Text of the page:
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Why Educational Equity?

Educational equity means that every student has access to the resources and educational rigor they need at the right moment. Our commitment toward educational equity is informed by guidance and resources from the U.S. Department of Education and the Wisconsin Department of Instruction (DPI), which governs policies and procedures within K-12 schools in the State of Wisconsin.

Equity Enriches All Students

We recognize that students, families, staff, and visitors come to our schools from a variety of different backgrounds and experiences. To create the most supportive schools, we must both celebrate the shared similarities we all have in commom AND honor the differences we bring to the classroom. Our shared priority is to make our schools a safe and welcoming learning environment where students have equal access to programs, services, and activities; in order to ensure equal access, we are committed to using equitable tools to support the unique needs and backgrounds of our students. 

Why Focus on Differences?

Protected Classes. Protected classes are defined by federal, state, and local laws because of historical discrimination. Our district policies (District Policy 411 & 511) include protected classes because of historical discrimination. Ongoing monitoring of patterns and outcomes, based on these protected classes is a requirement of our schools. Moreover, helping people is just the right thing to do. Learn more about protected classes by visiting our district's policy on Equal Educational Opportunities.

A focus on equity, diversity, and inclusion (EDI) aligns with the following principles:
  1. ​​that various systems, from classrooms to schools to school districts to neighborhoods to communities, need and will be enriched by the diversity of their members;
  2. that everyone in a community (and in a school) will benefit when achieving equity and diversity, not only those who are underrepresented, and historically underserved; and,
  3. that attention to the positive (i.e. the benefits for all members of the community, when equity and diversity are part of its identity) is energizing.

Expanded Learning

Explore the following resources to learn more about why this work is important and what you can do to expand your learning on different topics.

Supporting our LGBTQ Students & Families

  1. Resources for Families of LGBTQ Youth. The Child Welfare Information Gateway is a service of the Children's Bureau, the Administration for Children & Families, and the U.S. Department of Health & Human Services. This site provides resources and support for families of youth who identify as LGBTQ.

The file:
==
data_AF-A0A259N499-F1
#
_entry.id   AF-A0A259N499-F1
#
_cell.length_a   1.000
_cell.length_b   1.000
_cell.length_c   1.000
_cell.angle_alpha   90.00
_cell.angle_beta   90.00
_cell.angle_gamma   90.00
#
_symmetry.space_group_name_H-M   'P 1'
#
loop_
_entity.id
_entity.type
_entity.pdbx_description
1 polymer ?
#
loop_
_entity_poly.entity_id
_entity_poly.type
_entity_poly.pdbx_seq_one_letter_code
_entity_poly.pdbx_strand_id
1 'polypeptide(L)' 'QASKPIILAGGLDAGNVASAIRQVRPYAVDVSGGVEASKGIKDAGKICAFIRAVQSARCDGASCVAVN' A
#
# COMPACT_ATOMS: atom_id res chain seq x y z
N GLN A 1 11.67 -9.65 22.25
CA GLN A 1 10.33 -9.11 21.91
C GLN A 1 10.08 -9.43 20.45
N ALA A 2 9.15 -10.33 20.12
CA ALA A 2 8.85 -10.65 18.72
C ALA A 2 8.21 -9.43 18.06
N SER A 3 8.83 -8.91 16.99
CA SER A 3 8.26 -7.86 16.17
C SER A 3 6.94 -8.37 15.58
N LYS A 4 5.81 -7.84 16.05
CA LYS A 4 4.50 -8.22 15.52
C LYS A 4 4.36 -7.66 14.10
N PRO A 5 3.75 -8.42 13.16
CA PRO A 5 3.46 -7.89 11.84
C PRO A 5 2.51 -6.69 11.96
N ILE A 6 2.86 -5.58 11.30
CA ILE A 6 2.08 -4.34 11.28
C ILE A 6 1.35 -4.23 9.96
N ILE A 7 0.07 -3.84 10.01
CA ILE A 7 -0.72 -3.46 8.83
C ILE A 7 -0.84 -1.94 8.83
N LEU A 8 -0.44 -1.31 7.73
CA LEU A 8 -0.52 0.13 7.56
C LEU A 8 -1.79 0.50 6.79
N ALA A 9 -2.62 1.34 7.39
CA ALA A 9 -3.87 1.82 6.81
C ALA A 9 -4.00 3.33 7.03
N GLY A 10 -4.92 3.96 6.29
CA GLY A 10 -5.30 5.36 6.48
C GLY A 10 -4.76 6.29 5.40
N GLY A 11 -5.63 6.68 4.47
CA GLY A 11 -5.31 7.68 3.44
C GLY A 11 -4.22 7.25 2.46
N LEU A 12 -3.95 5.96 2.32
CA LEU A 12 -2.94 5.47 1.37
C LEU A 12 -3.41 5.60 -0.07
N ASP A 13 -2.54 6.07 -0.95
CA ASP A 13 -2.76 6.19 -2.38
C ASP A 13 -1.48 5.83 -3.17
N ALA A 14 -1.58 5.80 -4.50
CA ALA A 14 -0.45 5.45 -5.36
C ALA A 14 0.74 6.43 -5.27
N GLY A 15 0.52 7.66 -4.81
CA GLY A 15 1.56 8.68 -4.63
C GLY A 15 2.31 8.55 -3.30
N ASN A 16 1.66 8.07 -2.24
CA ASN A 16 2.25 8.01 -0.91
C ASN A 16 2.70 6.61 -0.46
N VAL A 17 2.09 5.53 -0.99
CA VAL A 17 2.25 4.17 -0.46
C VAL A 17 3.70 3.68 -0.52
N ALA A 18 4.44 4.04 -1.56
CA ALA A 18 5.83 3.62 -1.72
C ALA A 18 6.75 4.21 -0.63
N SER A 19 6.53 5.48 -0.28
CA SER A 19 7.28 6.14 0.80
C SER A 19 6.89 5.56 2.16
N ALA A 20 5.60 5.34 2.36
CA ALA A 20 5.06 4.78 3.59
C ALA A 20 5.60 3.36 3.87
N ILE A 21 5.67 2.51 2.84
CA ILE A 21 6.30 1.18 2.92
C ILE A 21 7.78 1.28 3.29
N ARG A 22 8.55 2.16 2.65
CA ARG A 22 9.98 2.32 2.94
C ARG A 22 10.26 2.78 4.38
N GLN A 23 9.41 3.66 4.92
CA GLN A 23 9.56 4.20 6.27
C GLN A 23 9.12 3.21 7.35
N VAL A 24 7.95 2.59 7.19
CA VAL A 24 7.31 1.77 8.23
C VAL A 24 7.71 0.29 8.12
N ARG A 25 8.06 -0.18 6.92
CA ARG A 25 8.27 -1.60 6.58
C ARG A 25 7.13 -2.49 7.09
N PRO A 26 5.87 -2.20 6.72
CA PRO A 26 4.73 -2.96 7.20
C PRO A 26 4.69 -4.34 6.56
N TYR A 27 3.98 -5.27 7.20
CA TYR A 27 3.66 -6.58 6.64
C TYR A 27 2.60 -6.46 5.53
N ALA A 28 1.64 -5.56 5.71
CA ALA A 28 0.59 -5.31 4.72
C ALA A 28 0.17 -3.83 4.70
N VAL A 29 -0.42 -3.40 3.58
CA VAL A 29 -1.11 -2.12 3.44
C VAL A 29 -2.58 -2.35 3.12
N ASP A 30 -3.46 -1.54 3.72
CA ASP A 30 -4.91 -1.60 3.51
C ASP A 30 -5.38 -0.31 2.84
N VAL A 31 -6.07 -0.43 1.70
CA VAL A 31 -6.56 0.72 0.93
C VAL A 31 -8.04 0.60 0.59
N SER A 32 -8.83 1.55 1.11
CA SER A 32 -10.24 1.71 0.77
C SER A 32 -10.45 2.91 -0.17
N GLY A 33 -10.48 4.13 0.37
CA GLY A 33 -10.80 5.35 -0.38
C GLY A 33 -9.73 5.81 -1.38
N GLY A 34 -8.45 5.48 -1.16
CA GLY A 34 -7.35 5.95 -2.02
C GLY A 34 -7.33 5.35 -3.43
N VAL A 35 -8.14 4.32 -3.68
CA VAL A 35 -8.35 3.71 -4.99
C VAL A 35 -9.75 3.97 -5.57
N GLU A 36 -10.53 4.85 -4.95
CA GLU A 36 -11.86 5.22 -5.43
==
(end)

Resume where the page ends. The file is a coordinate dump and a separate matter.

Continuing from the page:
2. Supporting LGBTQ Youth. The Centers for Disease Control and Prevention is the "nation's leading science-based, data-driven services organization that protects the public's health." This site provides resources and details on why it is important to support this population and how we can continue to do so.
  3. Safe Schools for LGBT Students. The Wisconsin Department of Public Instructions is the state agency that advances public education and libraries in Wisconsin. This agency also certifies teaching licenses for our state's teachers. This site provides resources on how we can create safe schools for students who identify as LGBTQ. 

Supporting our Economically Underserved Students and Families

  1. Ethnic and Racial Minorities & Socioeconomic Status. The American Psychological Association discusses how socio-economic status (household income) impacts all families, as well as highlighting the ways in which it affects families of color in unique ways.
  2. Family Services. The district supports the families of our students in many ways. 
  3. Free & Reduced Meal Information. Our district's Food & Nutrition Services Department provides meals during the school day to students 

Supporting our Students of Color and Their Families

  1. Supporting Racial Diversity. The Office of Civil Rights (OCR) in the U.S. Department of Education provides guidance and resources regarding support programs, services, and activities that support students and families of color in education settings. 
  2. Equity and Inclusion. The Wisconsin DPI provides information and resources designed to help our schools support all our students. 
  3. Racial Disparities and Our Collective Will. The Wisconsin State Superintendent of Education, Dr. Jill Underly comments and discusses our state's commitment to confronting racism and racial disparities. 
  4. Title VI. The Indian Education program in the district was created in accordance with the Indian Education Act of 1972 and recognizes the unique educational needs of American Indian students in the United States.